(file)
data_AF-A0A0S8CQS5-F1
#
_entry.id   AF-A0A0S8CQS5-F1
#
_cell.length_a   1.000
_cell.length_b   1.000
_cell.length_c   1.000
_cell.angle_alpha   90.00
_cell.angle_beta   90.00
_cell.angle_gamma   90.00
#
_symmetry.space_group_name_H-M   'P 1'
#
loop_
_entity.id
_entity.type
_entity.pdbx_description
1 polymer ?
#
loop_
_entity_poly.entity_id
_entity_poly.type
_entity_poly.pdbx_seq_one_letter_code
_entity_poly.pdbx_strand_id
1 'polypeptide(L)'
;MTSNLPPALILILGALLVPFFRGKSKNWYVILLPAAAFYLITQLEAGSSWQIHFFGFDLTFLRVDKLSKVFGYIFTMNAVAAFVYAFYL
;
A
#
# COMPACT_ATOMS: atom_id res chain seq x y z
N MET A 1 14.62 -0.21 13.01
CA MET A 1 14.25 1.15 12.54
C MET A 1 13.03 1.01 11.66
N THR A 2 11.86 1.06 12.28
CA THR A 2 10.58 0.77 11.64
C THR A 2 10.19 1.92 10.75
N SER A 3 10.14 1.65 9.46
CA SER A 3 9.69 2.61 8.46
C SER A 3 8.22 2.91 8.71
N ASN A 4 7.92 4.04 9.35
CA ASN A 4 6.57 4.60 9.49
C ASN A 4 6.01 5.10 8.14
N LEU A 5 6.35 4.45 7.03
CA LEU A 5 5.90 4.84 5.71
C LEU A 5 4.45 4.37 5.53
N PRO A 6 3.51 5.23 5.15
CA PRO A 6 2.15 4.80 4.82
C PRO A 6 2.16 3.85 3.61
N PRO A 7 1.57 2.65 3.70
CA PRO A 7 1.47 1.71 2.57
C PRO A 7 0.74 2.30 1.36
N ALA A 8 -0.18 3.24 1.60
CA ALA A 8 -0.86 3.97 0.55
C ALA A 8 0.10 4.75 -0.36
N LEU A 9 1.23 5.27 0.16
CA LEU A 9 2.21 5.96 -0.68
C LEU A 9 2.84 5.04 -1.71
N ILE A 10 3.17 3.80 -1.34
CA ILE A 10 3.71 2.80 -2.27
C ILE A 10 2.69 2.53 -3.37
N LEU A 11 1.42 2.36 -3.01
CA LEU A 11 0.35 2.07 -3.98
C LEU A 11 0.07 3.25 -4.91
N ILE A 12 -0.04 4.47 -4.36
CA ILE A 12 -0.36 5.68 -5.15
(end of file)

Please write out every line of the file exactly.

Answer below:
data_AF-A0A0S8CQS5-F1
#
_entry.id   AF-A0A0S8CQS5-F1
#
_cell.length_a   1.000
_cell.length_b   1.000
_cell.length_c   1.000
_cell.angle_alpha   90.00
_cell.angle_beta   90.00
_cell.angle_gamma   90.00
#
_symmetry.space_group_name_H-M   'P 1'
#
loop_
_entity.id
_entity.type
_entity.pdbx_description
1 polymer ?
#
loop_
_entity_poly.entity_id
_entity_poly.type
_entity_poly.pdbx_seq_one_letter_code
_entity_poly.pdbx_strand_id
1 'polypeptide(L)'
;MTSNLPPALILILGALLVPFFRGKSKNWYVILLPAAAFYLITQLEAGSSWQIHFFGFDLTFLRVDKLSKVFGYIFTMNAVAAFVYAFYL
;
A
#
# COMPACT_ATOMS: atom_id res chain seq x y z
N MET A 1 14.62 -0.21 13.01
CA MET A 1 14.25 1.15 12.54
C MET A 1 13.03 1.01 11.66
N THR A 2 11.86 1.06 12.28
CA THR A 2 10.58 0.77 11.64
C THR A 2 10.19 1.92 10.75
N SER A 3 10.14 1.65 9.46
CA SER A 3 9.69 2.61 8.46
C SER A 3 8.22 2.91 8.71
N ASN A 4 7.92 4.04 9.35
CA ASN A 4 6.57 4.60 9.49
C ASN A 4 6.01 5.10 8.14
N LEU A 5 6.35 4.45 7.03
CA LEU A 5 5.90 4.84 5.71
C LEU A 5 4.45 4.37 5.53
N PRO A 6 3.51 5.23 5.15
CA PRO A 6 2.15 4.80 4.82
C PRO A 6 2.16 3.85 3.61
N PRO A 7 1.57 2.65 3.70
CA PRO A 7 1.47 1.71 2.57
C PRO A 7 0.74 2.30 1.36
N ALA A 8 -0.18 3.24 1.60
CA ALA A 8 -0.86 3.97 0.55
C ALA A 8 0.10 4.75 -0.36
N LEU A 9 1.23 5.27 0.16
CA LEU A 9 2.21 5.96 -0.68
C LEU A 9 2.84 5.04 -1.71
N ILE A 10 3.17 3.80 -1.34
CA ILE A 10 3.71 2.80 -2.27
C ILE A 10 2.69 2.53 -3.37
N LEU A 11 1.42 2.36 -3.01
CA LEU A 11 0.35 2.07 -3.98
C LEU A 11 0.07 3.25 -4.91
N ILE A 12 -0.04 4.47 -4.36
CA ILE A 12 -0.36 5.68 -5.15